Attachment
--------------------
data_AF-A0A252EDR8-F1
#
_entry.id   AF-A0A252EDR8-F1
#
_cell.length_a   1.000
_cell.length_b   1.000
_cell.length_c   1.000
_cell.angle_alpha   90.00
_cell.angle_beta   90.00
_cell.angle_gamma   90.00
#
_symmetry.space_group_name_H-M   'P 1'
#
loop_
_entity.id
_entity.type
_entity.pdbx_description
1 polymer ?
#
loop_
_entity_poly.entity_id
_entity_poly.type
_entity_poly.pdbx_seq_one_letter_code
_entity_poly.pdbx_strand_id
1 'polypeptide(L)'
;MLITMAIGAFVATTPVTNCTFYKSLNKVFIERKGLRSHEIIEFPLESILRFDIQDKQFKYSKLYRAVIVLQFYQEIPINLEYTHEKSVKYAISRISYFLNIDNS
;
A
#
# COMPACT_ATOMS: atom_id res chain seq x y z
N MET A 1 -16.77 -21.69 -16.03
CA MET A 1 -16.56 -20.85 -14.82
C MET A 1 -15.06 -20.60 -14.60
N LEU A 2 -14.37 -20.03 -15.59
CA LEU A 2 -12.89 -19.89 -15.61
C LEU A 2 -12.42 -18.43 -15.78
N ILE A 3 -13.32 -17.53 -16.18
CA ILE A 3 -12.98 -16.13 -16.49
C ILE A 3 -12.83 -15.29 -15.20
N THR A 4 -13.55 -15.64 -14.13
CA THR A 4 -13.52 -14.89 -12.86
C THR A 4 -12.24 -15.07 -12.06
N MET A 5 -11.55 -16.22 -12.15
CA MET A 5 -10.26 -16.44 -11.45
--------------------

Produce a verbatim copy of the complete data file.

data_AF-A0A252EDR8-F1
#
_entry.id   AF-A0A252EDR8-F1
#
_cell.length_a   1.000
_cell.length_b   1.000
_cell.length_c   1.000
_cell.angle_alpha   90.00
_cell.angle_beta   90.00
_cell.angle_gamma   90.00
#
_symmetry.space_group_name_H-M   'P 1'
#
loop_
_entity.id
_entity.type
_entity.pdbx_description
1 polymer ?
#
loop_
_entity_poly.entity_id
_entity_poly.type
_entity_poly.pdbx_seq_one_letter_code
_entity_poly.pdbx_strand_id
1 'polypeptide(L)'
;MLITMAIGAFVATTPVTNCTFYKSLNKVFIERKGLRSHEIIEFPLESILRFDIQDKQFKYSKLYRAVIVLQFYQEIPINLEYTHEKSVKYAISRISYFLNIDNS
;
A
#
# COMPACT_ATOMS: atom_id res chain seq x y z
N MET A 1 -16.77 -21.69 -16.03
CA MET A 1 -16.56 -20.85 -14.82
C MET A 1 -15.06 -20.60 -14.60
N LEU A 2 -14.37 -20.03 -15.59
CA LEU A 2 -12.89 -19.89 -15.61
C LEU A 2 -12.42 -18.43 -15.78
N ILE A 3 -13.32 -17.53 -16.18
CA ILE A 3 -12.98 -16.13 -16.49
C ILE A 3 -12.83 -15.29 -15.20
N THR A 4 -13.55 -15.64 -14.13
CA THR A 4 -13.52 -14.89 -12.86
C THR A 4 -12.24 -15.07 -12.06
N MET A 5 -11.55 -16.22 -12.15
CA MET A 5 -10.26 -16.44 -11.45